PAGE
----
In this issue:
COP28 calls for food systems to be included in NDCs
Food and agriculture systems will be at the heart of COP28 at the end of the year. This week, the Presidency Team called for food and agriculture systems to be included in NDCs and stated they are looking to develop a science-based roadmap to maintain 1.5C for food systems. Attendees have been invited to sign a Leaders’ Declaration on Food Systems, Agriculture and Climate Action. It is yet to be seen how NZ will react to the call and, with an election looming, it will be interesting to see what each of the main parties has to say about it.
The cost of clean energy uncovered
A global clean energy system will require twice as much land and 10% more water than the current fossil-fuel based system, reveals a comprehensive new analysis from the Energy Transitions Commission. But, it’s not all bad news. These figures pale into insignificance when compared with the land and water use required by agriculture meaning only a very minor shift in land use is required to enable the clean energy transition and the ability to untap the benefits of a shift away from fossil fuels. The report also takes a deep dive into the risk of shortages of critical metals for the transition.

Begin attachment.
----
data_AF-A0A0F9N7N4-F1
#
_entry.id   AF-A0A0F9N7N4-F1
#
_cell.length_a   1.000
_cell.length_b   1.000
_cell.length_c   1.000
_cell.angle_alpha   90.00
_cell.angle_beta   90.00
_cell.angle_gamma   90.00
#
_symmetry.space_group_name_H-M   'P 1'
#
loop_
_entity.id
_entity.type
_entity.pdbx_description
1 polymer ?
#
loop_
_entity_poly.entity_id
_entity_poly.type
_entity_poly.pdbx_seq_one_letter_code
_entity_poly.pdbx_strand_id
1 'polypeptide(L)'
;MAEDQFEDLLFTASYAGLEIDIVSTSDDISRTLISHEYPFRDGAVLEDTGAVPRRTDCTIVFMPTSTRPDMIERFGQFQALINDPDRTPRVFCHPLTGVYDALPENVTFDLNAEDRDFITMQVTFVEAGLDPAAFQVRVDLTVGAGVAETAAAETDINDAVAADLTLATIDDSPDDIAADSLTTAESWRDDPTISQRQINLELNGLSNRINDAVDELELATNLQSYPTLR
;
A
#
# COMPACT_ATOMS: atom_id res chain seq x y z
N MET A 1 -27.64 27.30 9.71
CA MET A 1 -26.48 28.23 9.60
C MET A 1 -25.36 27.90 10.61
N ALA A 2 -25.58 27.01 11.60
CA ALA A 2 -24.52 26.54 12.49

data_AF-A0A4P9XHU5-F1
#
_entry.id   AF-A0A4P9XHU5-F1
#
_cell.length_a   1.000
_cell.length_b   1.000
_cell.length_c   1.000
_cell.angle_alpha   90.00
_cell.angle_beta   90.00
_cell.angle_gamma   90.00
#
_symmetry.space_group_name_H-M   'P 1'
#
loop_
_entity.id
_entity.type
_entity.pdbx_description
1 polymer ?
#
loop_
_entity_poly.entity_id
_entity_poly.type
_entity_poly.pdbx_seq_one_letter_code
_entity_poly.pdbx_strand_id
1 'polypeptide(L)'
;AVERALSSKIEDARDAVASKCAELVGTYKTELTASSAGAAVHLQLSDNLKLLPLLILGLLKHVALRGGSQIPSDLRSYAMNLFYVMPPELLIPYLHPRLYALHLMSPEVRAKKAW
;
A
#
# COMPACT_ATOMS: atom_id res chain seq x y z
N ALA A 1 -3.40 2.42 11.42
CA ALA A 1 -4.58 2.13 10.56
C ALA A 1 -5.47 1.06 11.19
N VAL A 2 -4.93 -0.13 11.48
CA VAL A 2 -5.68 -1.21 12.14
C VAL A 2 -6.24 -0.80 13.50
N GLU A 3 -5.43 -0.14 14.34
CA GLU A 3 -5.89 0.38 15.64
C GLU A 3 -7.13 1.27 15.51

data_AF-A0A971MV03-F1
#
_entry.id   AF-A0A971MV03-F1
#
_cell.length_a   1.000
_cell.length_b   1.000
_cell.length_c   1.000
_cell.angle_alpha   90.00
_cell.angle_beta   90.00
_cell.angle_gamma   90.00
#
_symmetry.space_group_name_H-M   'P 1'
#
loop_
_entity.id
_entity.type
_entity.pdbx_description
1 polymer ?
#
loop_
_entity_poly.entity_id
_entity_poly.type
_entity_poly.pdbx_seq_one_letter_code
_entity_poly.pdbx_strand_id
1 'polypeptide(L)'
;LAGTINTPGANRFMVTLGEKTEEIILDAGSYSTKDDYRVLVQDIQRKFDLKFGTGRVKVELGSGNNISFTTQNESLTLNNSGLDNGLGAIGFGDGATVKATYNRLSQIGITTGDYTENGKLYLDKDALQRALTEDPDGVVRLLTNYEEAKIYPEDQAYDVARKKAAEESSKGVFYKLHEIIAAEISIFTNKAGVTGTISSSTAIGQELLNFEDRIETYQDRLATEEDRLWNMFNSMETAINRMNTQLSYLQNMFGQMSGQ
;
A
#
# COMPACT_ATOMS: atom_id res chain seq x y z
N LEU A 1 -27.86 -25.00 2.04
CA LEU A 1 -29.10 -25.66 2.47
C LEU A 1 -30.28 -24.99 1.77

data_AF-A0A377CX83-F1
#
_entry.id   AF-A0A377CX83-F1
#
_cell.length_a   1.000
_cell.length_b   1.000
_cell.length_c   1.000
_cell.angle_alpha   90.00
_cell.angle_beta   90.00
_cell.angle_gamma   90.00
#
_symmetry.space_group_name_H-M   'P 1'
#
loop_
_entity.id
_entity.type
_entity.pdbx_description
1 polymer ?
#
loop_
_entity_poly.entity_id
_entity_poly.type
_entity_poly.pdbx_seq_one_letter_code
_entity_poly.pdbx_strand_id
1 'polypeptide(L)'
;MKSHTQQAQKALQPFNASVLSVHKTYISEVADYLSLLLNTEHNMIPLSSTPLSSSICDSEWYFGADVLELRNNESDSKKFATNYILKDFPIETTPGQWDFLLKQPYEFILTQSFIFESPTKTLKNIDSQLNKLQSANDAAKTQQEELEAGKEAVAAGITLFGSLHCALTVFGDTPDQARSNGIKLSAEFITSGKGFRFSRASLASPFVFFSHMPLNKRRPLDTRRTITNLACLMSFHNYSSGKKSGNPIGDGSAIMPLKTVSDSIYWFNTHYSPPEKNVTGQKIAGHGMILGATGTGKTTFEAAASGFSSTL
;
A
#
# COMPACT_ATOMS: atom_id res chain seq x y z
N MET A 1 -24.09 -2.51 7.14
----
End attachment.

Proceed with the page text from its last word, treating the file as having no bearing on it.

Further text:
Germany forcing hydrogen markets
Germany has relaunched its national hydrogen strategy and is determined to drive an international market for the commodity. It is predicting between 50% and 70% of its demand in 2030 will need to be met by imports and expects that proportion to increase beyond 2030. The strategy includes the development of infrastructure, including port terminals and a pipeline to North Africa.
$400,000 up for grabs
The World Resources Institute Ross Centre for Sustainable Cities has recently launched its latest prize, this time for projects addressing climate change. The competition is open to the private, public and not-for-profit sectors and carries a first prize of US$250,000. Finalists in the last competition came from Colombia, France, Pakistan, India and The Philippines and you can read more about the types of projects that are successful through the link. The competition closes on 26th September, so no time to lose with your application.
Proton battery as a hydrogen storage medium
Rarely does a week go by without the announcement of a new battery technology but this innovation caught our eye this week. Researchers at RMIT in Melbourne have developed a proton battery that removes the need for high-demand metals like lithium. The team claims energy storage per unit mass is comparable with commercially available lithium batteries and is cheap, safe and much easier to recycle. The science behind the battery is the splitting and then reforming of water but without the ordinary storage demands of hydrogen.